Back to the knitting project…
These socks are a blast to work on, but I think there’s not enough twist to make the socks last a long time. These will be squishy soft socks, but not so durable.
- Use a higher ratio whorl on my wheel – so I get more twist in my singles and plied yarns.
- Spin finer for thinner yarn. This yarn is pretty thick for knitting the patterns I want to knit.
- Consider using a 3 ply yarn – perhaps Navajo plied.
Modifying a pattern to be a lace pattern was a push for me. I wanted my shawl to be neck down, but have the lace rows. Also I wanted to have a zen knitting or process knitting shawlette. I didn’t want to have to think much while I worked. I had enough to think through while I worked with many issues coming up in my life. (Good things, by the way.)
After several iterations at working through this, I can now present – the Simple Garter Lacy Shawlette. It’s a variant of the Simple Yet Effective Shawl by Laura Chau. And this variant has her blessing.
The variations are
- I used a lace row.
- It’s only knitted in garter stitch. (Because I don’t like purling.)
- It’s meant to use a skein of sock yarn.
- I add in stitch markers to it’s really a brainless knit, even with the lace row.
- I don’t specify the bind off. I don’t see that a purl bind off would be of benefit here.
This pattern can be varied in size (depending on the amount of yarn you have) and in needle size. I used a single skein of sock yarn (Three Irish Girls Adorn Sock – 30 yards) for mine and size 6 needles). (Model is my youngest in elementary school. This is a good sized shawl for her.)
Cast on 5 stitches
(Right Side) K1, (place marker to mark right side) yo, k1, yo (place marker), k1(<- your center stitch) (place marker), yo, k1, yo, k1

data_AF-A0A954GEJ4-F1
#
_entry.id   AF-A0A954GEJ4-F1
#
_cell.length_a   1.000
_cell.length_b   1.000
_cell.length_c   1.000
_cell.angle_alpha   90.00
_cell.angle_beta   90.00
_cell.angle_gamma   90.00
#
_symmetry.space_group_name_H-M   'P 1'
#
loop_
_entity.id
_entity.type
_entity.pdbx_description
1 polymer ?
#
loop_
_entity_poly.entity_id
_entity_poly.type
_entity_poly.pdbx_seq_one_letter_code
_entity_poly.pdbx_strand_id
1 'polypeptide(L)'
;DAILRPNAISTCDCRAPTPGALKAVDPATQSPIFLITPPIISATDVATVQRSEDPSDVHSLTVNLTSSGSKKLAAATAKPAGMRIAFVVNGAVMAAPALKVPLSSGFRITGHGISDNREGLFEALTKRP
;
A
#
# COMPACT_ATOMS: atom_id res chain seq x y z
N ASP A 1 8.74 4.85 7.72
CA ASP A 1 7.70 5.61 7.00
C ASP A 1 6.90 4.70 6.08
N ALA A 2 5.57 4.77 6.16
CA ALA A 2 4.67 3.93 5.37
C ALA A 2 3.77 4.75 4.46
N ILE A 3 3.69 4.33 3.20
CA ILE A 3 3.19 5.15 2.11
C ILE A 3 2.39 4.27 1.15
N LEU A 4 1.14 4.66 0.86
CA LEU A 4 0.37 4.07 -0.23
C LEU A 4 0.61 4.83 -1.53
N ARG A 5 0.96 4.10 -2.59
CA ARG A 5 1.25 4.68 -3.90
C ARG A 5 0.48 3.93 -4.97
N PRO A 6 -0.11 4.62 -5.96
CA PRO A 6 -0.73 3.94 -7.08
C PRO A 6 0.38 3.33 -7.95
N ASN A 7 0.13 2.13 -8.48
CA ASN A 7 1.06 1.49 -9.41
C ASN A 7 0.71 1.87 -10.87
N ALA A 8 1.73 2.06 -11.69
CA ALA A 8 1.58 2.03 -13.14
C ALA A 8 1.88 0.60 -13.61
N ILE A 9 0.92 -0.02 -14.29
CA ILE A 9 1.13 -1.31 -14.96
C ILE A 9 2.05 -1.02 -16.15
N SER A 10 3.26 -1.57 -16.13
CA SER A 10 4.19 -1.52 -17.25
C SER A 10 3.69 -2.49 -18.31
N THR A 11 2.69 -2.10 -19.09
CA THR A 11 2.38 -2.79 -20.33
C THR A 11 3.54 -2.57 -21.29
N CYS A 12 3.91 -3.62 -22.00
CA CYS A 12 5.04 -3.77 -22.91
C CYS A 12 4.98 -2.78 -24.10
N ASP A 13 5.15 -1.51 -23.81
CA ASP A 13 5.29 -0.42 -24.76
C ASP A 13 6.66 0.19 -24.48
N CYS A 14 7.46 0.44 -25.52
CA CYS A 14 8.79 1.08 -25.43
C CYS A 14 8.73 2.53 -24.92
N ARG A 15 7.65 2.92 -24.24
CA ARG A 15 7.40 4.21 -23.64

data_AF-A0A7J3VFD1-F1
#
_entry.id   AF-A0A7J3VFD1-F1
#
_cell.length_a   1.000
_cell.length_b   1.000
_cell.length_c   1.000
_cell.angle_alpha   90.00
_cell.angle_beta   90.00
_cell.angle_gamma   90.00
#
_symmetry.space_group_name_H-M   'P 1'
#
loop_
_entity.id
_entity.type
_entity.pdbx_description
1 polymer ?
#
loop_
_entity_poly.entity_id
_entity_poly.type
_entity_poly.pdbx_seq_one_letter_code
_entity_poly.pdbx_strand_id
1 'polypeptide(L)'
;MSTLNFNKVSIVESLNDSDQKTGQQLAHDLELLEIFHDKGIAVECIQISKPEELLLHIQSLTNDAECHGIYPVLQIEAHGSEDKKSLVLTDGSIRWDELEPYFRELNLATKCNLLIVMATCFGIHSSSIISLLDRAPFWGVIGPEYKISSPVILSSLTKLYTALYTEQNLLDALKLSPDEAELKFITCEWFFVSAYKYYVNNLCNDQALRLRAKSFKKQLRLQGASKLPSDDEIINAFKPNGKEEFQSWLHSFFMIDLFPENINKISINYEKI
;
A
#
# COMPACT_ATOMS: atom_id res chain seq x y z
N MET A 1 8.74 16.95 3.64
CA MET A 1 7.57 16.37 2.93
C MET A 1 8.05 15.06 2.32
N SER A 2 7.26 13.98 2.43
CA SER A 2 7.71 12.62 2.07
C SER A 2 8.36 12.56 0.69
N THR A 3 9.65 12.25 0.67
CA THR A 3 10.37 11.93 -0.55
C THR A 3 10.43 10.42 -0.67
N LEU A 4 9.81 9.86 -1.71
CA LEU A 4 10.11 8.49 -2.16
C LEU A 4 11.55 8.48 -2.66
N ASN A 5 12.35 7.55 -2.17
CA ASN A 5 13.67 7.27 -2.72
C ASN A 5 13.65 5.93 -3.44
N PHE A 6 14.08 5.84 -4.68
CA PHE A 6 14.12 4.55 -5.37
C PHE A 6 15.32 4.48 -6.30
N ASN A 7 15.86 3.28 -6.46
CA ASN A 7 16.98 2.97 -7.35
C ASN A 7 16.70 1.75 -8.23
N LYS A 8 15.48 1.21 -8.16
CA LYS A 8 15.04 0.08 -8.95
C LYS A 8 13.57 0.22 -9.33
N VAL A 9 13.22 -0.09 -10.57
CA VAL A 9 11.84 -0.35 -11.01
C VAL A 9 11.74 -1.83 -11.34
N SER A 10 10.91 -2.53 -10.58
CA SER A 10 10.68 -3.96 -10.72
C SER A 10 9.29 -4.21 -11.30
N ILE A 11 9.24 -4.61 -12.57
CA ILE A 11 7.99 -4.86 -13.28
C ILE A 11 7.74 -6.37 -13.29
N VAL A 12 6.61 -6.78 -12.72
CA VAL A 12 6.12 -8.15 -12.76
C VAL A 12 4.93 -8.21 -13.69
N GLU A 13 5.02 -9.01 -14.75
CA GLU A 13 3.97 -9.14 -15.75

Go to step 2 of the pattern below.
Pattern Section Notes
If you need to see an overall idea of how the pattern works. I divide up the yarn over groups into 5 sections:
- the first yo that is an increase on every odd pattern row
- the yo + K2tog (repeat) that make the lace pattern up to the center on the lace rows
- The center yo, k1 yo for the lace line up the center
- the yo, then k2tog + yo (repeat) that make the lace pattern after the center on the lace rows
- the last yo that is an increase on every odd pattern row
So I grouped them in parenthesis for easy identification.
You’ll recognize increase rows because of the stitch marker that is just past the first stitch on your needle.
The Pattern Rows
- (Lace + increase row, RS) (K1, move marker, yo, k1), (yo, k2tog – repeat to marker), (yo, (move marker) K1, (move marker) yo), (k2tog, yo – repeat until you get to the last 2 stitches), (K1, yo, k1)
- (WS) Knit across
- (RS, Increase row) (K1, move marker, yo, k1) , knit to marker, (yo, (move marker) K1, (move marker) yo), knit to last 2 stitches, (k1, yo, k1)
(WS) Knit across
Repeat rows #3 and #4 – three more times. (for a total of 10 rows in the pattern).
Bind off as you see fit when you find there won’t be enough yarn for another 10 row pattern.